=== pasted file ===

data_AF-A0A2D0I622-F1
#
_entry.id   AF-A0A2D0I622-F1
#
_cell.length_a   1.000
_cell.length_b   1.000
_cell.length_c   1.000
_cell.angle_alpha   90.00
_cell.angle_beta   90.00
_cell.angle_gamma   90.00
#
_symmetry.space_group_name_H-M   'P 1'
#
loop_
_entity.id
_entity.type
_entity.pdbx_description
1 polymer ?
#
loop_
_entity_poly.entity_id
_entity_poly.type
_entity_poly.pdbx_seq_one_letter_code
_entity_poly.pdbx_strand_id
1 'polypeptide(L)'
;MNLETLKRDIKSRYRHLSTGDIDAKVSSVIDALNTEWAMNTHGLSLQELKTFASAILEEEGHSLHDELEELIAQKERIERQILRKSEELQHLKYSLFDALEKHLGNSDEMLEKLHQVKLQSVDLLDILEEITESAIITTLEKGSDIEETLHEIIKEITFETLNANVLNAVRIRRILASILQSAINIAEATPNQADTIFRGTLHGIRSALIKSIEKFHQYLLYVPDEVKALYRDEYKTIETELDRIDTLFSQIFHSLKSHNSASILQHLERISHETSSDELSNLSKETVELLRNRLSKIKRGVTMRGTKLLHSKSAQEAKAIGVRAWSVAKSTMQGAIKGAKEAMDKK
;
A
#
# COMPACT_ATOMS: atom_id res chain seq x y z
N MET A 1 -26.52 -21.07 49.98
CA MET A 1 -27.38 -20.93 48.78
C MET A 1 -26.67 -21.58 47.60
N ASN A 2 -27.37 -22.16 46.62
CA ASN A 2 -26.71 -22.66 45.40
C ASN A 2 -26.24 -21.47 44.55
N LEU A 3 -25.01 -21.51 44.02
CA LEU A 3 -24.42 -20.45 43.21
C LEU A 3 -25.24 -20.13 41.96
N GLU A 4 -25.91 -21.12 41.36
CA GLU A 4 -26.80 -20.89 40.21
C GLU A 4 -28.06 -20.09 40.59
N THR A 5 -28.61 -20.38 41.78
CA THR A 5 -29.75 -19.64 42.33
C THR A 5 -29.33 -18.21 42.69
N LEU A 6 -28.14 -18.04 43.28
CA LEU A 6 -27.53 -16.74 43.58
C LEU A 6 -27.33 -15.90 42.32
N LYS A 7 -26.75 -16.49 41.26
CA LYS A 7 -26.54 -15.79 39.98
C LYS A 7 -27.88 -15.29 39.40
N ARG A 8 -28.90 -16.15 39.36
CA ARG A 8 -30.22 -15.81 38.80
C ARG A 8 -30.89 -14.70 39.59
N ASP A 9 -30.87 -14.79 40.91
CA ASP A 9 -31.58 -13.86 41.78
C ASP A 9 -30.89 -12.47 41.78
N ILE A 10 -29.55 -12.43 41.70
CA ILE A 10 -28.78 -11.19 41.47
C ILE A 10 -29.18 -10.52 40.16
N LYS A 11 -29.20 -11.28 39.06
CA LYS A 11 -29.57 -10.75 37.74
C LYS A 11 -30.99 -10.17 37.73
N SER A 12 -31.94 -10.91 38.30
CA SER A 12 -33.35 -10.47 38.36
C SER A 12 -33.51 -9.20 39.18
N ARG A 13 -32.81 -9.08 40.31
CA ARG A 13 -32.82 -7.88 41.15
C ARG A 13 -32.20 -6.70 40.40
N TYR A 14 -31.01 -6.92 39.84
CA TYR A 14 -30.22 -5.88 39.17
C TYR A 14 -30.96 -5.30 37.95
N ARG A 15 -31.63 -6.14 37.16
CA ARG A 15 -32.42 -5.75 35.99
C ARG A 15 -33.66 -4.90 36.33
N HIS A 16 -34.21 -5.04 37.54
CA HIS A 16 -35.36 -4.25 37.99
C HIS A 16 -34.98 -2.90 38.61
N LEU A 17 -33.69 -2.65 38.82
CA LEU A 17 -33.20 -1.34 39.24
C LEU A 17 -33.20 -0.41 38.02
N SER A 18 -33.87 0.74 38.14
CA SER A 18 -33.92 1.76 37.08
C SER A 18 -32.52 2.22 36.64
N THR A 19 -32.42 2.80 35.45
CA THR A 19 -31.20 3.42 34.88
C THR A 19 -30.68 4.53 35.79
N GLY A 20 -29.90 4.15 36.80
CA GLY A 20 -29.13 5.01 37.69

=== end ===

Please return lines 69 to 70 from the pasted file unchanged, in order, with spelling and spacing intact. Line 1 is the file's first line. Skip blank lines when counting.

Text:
C ARG A 13 -32.20 -6.70 40.40
N TYR A 14 -31.01 -6.92 39.84